We all remember ‘The Falling Man’, the press picture photographed by Richard Drew on probably the darkest day in US history nearly 10 years ago. Taken during the attacks of 9/11, it shows a man on its way down from one of the twin towers, plummeting through the air.
Regarding the social and cultural significance of ‘The Falling Man’, theologian Mark Thompson according to wikipedia said that ‘perhaps the most powerful image of despair at the beginning of the twenty-first century is not found in art, or literature, or even popular music. It is found in a single photograph.’ And now in fashion, too.
The questions ‘Escape or imprisonment?’ and ‘Flying or falling?’ have preoccupied Indian designer Monikh Dale during the process of creating her BA collection at the University of East London. Called ‘A fish may love a bird but where would they live?’, the collection comes in tough and rigid, but light and peaceful fabrics that have the essence of innocence with a harsh reality.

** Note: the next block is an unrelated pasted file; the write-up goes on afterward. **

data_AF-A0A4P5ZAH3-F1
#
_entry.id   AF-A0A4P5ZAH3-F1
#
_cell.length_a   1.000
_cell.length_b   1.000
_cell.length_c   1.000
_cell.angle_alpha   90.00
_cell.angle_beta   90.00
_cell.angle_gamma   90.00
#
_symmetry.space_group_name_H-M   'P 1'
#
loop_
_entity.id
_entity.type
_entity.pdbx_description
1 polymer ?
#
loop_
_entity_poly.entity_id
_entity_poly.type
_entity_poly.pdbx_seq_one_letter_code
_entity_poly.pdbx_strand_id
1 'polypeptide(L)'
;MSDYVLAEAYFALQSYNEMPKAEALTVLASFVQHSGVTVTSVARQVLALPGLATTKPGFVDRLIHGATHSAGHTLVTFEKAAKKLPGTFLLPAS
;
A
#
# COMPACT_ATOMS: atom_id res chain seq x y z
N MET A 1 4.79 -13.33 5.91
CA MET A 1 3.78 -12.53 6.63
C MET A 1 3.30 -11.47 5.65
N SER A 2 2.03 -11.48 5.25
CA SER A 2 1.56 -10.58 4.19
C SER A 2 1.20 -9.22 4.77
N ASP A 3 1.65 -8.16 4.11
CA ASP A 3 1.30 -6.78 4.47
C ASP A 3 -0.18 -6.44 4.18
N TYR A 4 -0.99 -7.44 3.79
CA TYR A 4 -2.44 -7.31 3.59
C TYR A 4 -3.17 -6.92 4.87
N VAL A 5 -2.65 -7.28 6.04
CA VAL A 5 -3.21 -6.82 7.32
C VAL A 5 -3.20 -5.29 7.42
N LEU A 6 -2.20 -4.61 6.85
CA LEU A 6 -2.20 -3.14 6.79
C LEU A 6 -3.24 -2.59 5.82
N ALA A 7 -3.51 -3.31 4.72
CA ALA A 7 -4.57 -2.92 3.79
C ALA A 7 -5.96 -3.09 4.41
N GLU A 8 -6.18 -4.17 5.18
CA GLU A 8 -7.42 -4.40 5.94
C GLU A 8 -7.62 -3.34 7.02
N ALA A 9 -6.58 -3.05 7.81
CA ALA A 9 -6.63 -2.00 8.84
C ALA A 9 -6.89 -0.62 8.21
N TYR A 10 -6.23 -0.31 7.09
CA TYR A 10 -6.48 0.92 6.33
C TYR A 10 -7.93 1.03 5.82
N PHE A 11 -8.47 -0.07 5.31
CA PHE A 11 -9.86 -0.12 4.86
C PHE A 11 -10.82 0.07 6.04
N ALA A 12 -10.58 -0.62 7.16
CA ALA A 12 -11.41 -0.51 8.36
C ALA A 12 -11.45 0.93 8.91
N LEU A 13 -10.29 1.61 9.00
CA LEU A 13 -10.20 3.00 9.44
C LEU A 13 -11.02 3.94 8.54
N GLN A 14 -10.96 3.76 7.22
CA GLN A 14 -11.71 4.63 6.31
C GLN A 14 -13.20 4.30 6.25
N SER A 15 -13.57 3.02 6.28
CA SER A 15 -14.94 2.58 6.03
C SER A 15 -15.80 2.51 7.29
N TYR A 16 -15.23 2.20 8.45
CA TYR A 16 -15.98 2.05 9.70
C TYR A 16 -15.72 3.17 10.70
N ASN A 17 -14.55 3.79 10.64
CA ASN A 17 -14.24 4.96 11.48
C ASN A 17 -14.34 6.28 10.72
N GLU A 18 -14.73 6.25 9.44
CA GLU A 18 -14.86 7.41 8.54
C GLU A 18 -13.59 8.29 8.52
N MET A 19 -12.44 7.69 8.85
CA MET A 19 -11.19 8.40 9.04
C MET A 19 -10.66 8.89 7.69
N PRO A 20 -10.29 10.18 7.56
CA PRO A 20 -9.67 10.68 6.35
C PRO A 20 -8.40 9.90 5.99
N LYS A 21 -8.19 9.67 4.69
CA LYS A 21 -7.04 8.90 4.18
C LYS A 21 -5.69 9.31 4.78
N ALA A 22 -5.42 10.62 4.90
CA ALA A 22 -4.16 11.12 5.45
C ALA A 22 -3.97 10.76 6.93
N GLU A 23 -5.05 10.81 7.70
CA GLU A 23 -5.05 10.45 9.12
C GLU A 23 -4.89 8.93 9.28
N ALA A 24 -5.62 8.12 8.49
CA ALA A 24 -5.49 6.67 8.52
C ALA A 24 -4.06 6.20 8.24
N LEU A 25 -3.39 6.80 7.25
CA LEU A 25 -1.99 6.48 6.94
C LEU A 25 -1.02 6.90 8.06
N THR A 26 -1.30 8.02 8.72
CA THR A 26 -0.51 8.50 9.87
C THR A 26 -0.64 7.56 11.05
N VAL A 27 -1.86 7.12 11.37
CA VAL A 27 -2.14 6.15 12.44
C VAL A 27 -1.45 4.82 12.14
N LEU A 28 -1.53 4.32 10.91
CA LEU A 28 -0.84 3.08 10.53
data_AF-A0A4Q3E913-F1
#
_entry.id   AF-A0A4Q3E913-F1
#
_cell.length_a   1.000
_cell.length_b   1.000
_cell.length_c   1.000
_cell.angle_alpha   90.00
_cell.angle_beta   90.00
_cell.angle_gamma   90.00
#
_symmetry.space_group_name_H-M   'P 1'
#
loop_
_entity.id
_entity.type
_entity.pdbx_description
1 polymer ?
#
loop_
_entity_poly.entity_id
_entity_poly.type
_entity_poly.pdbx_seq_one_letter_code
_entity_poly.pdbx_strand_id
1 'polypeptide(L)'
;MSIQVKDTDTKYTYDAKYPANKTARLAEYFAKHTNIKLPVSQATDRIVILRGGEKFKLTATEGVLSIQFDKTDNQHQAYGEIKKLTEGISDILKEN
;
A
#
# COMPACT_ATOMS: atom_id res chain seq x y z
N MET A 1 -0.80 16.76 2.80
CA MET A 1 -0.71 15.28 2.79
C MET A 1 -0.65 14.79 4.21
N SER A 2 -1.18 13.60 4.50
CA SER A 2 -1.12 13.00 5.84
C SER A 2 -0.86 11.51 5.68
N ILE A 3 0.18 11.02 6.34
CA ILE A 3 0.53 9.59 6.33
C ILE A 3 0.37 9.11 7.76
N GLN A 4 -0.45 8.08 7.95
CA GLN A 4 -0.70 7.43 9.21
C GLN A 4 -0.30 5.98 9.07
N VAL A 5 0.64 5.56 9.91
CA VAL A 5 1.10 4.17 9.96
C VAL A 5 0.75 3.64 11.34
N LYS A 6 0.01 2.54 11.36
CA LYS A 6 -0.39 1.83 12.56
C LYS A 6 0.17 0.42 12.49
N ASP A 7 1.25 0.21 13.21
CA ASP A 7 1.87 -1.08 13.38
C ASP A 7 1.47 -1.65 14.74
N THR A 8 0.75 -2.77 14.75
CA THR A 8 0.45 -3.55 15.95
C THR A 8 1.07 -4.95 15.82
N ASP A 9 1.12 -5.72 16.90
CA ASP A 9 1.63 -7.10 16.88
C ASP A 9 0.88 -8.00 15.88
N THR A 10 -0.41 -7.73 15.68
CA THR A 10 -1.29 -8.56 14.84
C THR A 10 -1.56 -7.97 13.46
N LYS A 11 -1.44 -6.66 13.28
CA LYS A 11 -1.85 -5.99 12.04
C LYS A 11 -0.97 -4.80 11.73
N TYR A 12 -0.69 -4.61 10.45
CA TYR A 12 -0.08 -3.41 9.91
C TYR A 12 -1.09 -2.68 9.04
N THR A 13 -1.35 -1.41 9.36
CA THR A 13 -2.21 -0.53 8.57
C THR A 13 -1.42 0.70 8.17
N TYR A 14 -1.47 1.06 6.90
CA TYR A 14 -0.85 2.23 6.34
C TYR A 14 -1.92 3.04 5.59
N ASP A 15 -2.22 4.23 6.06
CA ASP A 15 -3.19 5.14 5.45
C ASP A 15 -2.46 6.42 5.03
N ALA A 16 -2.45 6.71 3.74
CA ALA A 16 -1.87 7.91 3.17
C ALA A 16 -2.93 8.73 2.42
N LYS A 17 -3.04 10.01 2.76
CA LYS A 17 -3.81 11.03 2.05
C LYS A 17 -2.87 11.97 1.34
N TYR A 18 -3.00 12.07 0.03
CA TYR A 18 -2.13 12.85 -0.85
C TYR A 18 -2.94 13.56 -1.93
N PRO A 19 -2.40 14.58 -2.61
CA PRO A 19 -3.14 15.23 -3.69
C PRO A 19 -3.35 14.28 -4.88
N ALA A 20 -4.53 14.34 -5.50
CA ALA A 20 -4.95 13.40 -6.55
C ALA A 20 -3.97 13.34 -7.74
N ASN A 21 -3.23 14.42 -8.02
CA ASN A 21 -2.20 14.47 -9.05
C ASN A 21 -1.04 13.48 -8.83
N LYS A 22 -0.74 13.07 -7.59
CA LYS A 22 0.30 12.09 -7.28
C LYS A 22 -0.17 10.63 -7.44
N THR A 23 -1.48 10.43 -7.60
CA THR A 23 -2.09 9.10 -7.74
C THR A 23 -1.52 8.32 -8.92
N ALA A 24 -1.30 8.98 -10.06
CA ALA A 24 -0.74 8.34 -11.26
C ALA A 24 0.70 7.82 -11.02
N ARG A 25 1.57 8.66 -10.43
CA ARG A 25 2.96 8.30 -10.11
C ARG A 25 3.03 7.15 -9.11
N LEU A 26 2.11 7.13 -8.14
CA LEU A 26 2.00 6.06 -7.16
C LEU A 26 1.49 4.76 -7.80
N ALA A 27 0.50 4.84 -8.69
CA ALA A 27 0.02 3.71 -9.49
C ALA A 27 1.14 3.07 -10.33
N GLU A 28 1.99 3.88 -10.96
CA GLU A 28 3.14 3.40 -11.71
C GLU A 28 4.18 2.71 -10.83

Large, dramatic shapes are peeled away to the harsh-boned core and warm dusk pinks are mixed with a palette of grey concrete and steel, reflecting the inspirations and printed onto sheers against the mixed textures of exotic ostrich and frog that is combined with English sheepskin.
Monikh, how did this rather unusual collection name come about?
I came across this saying ‘A fish may love a bird but where would they live?’ a while ago and thought it was just beautiful. I love the fact that every time I tell someone the name of the collection they try to answer the question within the name.
What is your design signature?
I love structuring and tailoring as well as mixing fabrics and textures through flattering paneling.
What materials did you use in your collection?
Rabbit, pig, lamb, sheep, heavy wools and silk jersey.
What is your favourite piece of the collection and why?
The black jacket with leather paneling and pleat pockets. It possibly took the longest to pattern cut.
What have you had for breakfast?
I always manage to miss breakfast, I simply don’t have enough time in the morning.
Thank you and all the best for your future.